Internally reviewable decisions under the ACNC Act
What are internally reviewable decisions?
Internally reviewable decisions are ACNC decisions that the the ACNC Act says that the ACNC must reconsider on the merits of the case, before any other review or appeal action can be taken.
The internally reviewable decisions set out in the ACNC Act are:
- decisions about registering a charity – decisions not to register your charity, or not to register it as the type of charity you applied for
- decisions about revoking a charity’s registration – decisions to revoke (cancel) your charity’s registration or not revoke it after you asked for this
- decisions about an ACNC direction – decisions to give, vary or not change a formal direction of the ACNC. Directions are given by the ACNC to a charity, to do something or stop doing something, to make sure the charity meets the requirements of the ACNC Act
- decisions about suspending a responsible person from office – decisions to suspend a person from their position on a charity’s governing body, including the length of suspension
- decisions about removing a responsible person from office – decisions to remove a person from their position on a charity's governing body
- decisions not to remit administrative penalties – decisions to refuse to remit the whole or part of an administrative penalty (of more than two penalty units (approximately $340)) that the ACNC has imposed on a charity, responsible person or third party.
If the type of decision you disagree with is not listed above, the ACNC may still be able to reconsider it. Please contact us to discuss the decision.
How do I ask for these decisions to be internally reviewed by the ACNC?
You can ask for an internal review of one of the decisions by:
- making an application on the correct form, the Form 2A: Ask the ACNC to review a decision [PDF 191KB]
- giving the completed notice of objection form to the ACNC within 60 days of the ACNC giving you the original decision
- explaining in detail the reasons you object to the decision and are seeking a review.
It is important that your notice of objection form clearly states:
- the decision you are unhappy with
- all of the reasons (in detail) that you think the original ACNC decision was wrong.
This is because we will use this form when reviewing the decision and we will be able to review it more quickly if you provide all the information we need.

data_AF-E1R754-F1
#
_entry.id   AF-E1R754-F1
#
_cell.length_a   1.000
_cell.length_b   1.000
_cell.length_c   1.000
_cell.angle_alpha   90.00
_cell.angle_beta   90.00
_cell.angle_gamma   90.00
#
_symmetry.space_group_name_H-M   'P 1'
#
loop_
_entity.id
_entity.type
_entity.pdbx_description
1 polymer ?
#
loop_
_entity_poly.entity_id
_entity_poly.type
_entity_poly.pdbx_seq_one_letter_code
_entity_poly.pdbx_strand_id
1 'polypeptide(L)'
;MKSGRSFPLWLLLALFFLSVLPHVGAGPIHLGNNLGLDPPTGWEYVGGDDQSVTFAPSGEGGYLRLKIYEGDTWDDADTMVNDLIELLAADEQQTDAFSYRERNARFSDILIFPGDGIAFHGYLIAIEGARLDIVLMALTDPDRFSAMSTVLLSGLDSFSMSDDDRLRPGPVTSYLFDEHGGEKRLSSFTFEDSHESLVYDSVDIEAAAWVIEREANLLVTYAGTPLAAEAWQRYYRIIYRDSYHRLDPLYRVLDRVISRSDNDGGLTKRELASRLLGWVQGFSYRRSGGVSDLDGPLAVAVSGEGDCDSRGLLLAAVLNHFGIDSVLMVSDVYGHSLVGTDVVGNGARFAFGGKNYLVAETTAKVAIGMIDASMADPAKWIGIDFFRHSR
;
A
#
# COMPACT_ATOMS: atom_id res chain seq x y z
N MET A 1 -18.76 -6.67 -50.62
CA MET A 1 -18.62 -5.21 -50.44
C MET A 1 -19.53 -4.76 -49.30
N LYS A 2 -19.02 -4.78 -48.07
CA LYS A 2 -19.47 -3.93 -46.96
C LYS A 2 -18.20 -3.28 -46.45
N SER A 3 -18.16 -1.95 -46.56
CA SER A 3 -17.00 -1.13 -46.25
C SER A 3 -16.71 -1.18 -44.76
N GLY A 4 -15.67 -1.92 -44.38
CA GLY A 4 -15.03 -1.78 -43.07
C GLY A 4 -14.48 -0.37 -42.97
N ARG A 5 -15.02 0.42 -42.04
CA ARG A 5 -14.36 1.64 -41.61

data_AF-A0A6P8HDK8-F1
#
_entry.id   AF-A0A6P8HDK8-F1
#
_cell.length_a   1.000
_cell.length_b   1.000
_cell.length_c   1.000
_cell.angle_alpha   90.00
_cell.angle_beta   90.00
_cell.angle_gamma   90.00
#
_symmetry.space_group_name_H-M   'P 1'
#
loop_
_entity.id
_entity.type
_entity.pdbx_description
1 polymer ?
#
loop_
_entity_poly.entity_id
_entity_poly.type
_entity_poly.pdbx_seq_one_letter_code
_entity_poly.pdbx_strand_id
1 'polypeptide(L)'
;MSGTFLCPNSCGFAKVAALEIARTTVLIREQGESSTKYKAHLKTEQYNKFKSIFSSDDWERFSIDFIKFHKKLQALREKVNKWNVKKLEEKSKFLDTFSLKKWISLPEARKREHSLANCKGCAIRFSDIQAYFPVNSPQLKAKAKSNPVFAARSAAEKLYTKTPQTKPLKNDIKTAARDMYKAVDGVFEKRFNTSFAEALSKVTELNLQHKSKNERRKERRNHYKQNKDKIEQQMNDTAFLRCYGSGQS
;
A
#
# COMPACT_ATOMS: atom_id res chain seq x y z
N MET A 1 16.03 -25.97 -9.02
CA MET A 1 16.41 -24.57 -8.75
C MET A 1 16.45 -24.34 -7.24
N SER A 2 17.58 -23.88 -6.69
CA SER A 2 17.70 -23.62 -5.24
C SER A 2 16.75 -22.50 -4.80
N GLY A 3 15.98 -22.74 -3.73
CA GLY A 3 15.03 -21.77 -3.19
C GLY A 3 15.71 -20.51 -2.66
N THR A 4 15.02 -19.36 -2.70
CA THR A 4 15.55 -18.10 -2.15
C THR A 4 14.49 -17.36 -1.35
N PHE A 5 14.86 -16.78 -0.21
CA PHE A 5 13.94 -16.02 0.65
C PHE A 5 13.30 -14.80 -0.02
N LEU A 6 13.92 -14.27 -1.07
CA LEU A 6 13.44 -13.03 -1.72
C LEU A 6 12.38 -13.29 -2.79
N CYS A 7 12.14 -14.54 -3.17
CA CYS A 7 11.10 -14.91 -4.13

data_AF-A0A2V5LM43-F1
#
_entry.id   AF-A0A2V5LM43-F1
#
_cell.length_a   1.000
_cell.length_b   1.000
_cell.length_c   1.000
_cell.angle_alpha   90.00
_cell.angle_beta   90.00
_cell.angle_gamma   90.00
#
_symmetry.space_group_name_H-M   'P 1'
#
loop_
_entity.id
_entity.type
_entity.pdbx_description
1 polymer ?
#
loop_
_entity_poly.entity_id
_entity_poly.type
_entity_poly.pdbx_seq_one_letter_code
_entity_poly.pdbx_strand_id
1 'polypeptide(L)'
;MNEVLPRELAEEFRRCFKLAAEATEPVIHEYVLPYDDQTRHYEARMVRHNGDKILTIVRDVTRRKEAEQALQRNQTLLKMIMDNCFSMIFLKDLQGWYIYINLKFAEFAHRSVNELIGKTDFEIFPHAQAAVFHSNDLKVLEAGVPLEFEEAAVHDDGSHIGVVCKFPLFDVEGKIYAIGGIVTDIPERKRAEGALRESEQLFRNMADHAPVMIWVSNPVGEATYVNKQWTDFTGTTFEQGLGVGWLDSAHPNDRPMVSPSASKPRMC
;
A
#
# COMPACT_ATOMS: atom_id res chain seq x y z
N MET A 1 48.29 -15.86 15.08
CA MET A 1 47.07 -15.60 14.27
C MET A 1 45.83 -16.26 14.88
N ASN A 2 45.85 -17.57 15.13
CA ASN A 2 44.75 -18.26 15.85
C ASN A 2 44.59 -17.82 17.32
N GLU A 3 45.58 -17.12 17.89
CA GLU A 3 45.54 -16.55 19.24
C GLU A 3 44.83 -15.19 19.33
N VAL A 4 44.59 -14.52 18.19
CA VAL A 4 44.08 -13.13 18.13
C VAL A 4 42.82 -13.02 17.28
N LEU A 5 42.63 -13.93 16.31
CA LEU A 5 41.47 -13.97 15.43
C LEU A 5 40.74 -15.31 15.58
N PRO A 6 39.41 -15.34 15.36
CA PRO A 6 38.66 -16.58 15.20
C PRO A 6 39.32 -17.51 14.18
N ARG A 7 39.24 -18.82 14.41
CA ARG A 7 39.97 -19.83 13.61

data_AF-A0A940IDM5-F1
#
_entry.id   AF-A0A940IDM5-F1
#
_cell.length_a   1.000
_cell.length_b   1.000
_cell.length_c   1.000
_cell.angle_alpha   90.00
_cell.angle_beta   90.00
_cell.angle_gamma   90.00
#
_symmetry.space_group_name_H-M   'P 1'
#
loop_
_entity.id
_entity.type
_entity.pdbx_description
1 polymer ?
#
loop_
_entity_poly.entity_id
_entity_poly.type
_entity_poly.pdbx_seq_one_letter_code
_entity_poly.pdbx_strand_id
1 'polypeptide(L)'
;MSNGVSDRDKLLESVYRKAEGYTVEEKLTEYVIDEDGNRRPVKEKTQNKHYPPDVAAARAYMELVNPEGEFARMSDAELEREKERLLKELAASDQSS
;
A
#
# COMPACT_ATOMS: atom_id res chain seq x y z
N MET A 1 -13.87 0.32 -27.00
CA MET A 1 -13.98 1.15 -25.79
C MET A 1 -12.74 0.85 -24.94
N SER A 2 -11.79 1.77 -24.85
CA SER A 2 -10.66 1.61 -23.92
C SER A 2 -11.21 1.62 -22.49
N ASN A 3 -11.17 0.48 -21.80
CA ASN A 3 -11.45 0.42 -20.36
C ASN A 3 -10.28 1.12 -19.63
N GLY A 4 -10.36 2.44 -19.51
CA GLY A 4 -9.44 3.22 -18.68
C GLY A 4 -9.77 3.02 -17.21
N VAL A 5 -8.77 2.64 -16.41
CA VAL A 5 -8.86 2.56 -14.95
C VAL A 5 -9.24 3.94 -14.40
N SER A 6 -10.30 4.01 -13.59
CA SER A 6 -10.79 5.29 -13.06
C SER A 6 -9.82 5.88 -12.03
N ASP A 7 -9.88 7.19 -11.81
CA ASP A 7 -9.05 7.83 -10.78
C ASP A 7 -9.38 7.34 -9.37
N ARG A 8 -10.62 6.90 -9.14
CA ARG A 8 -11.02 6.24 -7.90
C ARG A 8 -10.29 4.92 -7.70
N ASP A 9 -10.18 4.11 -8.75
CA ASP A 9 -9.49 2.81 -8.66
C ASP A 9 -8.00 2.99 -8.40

What happens to the original decision if I have put in an internal review application?
The ACNC Act does not say what the effect of the original decision will be in these circumstances. We have decided that, depending on the nature of the decision and the effect of it, we may not implement it straight away. Instead we will look at whether it is in the public interest to do so. If the decision is likely to affect a charity or responsible person’s existing interests, we will generally presume that it is in the public interest not to implement the original decision until the internal review is over.
Please read the Commissioner's Policy Statement on reviews and appeals for more information on the public interest considerations we will look at in deciding whether or not to implement the original decision.
Can I still ask for a decision to be internally reviewed after 60 days?
Even if you did not request a review of a decision within 60 days, you can still apply. You must tell us all of the reasons that you were unable to meet the deadline, and give us the completed Form 2A.
Once we receive your request, we will decide whether or not to accept your late application for internal review. We will write to you with our decision.
If we agree to accept your late application, we will treat it as if it had been lodged on time. If we do not agree to accept your late application, you can ask the AAT to review our decision.
Find out more about applying to the AAT.
What happens when the ACNC internally reviews a decision?
If you disagree with an internally reviewable decision, using a Form 2A, we must review the decision you are unhappy about and make a new decision.
- make a new decision that is completely different from the decision you were unhappy with
- make a new decision that is partly different from the decision you were unhappy with, or
- agree with the original decision.
A new decision made as a result of internal review under the ACNC Act is called an ‘objection decision’. We will tell you our objection decision in writing, and give reasons for that decision.
What if the ACNC has not responded to my notice of objection?
We will always try to communicate with you about our review and to give you our objection decision within a reasonable time. If we do not, under the ACNC Act you can apply to require the ACNC to make its objection decision.
You can only ask for this if we have still not made our objection decision 60 days after:
- your Form 2A was received by us, or
- you have supplied any additional information we have requested about your Form 2A, whichever is later.
If we do not make an objection decision within 60 days of you submitting the request then you can take it that we have decided not to change our original decision.
What can I do if I am unhappy with the ACNC’s objection decision?
If you do not agree with our objection decision, please contact us to discuss the decision and your options.
If you disagree with our objection decision, you can ask the AAT to review our objection decision. Find out more about applying to the AAT.
You can also appeal the objection decision directly to a court. Going to court can be expensive and time consuming, but there might be times when you would prefer to appeal to a court instead of asking the AAT to review the decision.
You can also appeal to a court if the decision is not an internally reviewable decision under the ACNC Act.